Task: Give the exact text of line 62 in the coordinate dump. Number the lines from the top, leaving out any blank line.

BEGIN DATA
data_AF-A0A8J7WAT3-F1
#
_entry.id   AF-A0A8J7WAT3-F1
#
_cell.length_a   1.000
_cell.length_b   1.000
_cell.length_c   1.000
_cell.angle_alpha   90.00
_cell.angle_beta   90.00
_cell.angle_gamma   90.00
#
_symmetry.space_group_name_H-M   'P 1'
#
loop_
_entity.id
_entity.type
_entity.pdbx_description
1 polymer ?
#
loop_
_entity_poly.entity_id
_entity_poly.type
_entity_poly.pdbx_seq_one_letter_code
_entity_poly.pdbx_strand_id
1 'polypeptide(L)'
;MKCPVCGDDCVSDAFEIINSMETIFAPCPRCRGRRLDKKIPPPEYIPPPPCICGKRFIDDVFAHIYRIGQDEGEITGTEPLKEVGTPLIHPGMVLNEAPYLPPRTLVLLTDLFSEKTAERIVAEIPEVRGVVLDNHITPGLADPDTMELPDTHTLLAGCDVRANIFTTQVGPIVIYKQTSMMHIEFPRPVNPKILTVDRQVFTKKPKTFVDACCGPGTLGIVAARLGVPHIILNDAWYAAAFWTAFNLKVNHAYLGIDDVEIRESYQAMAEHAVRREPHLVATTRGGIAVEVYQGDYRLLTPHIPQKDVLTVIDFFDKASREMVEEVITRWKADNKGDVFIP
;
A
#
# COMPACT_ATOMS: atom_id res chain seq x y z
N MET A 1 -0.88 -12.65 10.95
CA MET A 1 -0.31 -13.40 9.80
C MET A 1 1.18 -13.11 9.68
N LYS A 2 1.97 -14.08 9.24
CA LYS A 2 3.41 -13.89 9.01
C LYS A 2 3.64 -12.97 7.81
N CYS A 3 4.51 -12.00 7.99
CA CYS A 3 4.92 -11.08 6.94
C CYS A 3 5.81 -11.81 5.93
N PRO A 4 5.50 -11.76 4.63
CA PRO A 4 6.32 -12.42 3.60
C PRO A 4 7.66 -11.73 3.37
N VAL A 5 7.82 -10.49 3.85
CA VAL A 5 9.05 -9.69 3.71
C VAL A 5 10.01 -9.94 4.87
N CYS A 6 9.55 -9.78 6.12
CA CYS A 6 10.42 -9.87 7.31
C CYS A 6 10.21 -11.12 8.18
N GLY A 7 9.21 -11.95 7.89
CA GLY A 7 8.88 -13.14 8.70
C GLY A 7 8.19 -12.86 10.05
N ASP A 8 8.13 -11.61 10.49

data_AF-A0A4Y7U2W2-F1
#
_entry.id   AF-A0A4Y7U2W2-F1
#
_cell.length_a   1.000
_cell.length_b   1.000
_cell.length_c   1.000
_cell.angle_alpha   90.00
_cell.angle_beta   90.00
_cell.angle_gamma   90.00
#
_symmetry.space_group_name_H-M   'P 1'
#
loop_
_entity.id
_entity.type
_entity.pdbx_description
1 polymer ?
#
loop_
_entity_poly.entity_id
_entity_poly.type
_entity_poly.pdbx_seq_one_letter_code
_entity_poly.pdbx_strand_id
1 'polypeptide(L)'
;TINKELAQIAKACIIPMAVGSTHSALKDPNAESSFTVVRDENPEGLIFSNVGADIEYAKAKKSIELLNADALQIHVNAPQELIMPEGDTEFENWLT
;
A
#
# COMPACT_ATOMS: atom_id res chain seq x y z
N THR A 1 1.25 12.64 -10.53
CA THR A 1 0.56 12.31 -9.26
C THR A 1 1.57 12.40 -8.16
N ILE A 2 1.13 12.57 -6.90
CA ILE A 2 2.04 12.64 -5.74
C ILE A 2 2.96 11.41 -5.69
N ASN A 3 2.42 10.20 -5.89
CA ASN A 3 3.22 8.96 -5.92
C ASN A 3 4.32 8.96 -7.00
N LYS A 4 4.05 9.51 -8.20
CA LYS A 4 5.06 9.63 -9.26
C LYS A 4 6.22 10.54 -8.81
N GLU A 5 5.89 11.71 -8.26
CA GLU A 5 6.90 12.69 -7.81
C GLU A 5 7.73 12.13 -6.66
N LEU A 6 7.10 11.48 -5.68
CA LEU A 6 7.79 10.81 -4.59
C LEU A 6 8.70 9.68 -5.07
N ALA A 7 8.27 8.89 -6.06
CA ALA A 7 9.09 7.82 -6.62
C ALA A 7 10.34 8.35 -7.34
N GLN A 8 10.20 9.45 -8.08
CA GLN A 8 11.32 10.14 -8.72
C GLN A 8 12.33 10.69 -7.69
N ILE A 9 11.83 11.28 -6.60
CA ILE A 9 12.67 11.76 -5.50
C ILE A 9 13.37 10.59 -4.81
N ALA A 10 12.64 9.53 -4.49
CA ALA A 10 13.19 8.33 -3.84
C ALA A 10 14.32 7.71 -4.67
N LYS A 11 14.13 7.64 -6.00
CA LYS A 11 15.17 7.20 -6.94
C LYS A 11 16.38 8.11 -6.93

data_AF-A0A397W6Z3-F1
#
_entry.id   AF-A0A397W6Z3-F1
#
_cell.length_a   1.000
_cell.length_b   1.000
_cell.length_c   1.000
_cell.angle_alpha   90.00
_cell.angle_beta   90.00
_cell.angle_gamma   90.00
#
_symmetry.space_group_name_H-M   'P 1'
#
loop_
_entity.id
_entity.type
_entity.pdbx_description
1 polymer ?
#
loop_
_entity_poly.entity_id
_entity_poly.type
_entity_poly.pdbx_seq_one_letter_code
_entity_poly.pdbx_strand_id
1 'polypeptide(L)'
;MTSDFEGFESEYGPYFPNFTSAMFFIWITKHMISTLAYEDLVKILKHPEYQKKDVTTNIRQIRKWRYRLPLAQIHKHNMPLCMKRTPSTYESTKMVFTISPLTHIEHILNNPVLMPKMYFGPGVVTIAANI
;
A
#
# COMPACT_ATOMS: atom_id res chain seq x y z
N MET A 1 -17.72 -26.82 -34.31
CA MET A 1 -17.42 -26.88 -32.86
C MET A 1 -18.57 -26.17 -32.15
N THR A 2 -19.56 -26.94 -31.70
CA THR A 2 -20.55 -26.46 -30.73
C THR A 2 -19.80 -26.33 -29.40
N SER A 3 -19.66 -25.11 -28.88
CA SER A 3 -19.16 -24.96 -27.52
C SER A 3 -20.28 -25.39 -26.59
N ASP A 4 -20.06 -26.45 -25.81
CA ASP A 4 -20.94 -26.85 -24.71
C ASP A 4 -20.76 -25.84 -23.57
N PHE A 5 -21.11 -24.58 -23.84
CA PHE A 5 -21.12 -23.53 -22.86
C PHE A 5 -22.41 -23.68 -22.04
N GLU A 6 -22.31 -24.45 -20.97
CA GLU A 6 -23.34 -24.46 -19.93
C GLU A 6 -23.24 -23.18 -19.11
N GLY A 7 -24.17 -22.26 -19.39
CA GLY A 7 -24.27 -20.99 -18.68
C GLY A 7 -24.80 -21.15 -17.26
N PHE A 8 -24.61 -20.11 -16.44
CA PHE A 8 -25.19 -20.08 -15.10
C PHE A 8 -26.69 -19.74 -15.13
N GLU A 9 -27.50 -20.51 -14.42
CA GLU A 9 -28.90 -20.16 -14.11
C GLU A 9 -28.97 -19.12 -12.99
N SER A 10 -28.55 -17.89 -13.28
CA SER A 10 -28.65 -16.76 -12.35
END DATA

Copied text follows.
_cell.angle_gamma   90.00